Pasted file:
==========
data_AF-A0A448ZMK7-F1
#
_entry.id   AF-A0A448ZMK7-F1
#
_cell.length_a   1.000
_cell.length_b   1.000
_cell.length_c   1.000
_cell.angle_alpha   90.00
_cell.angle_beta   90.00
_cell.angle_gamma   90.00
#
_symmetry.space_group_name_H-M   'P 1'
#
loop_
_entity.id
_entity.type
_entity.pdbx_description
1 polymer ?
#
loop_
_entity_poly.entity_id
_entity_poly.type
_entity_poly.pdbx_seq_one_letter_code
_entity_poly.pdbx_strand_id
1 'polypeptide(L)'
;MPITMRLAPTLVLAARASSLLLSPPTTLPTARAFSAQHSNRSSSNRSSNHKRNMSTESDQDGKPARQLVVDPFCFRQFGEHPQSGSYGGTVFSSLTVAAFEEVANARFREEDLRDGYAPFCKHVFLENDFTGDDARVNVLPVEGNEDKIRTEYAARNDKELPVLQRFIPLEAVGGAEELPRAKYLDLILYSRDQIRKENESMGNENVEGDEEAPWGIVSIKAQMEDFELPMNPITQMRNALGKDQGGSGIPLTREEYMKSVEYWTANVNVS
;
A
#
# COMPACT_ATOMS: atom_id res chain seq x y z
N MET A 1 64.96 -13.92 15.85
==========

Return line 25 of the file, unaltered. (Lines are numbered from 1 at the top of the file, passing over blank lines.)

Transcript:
1 'polypeptide(L)'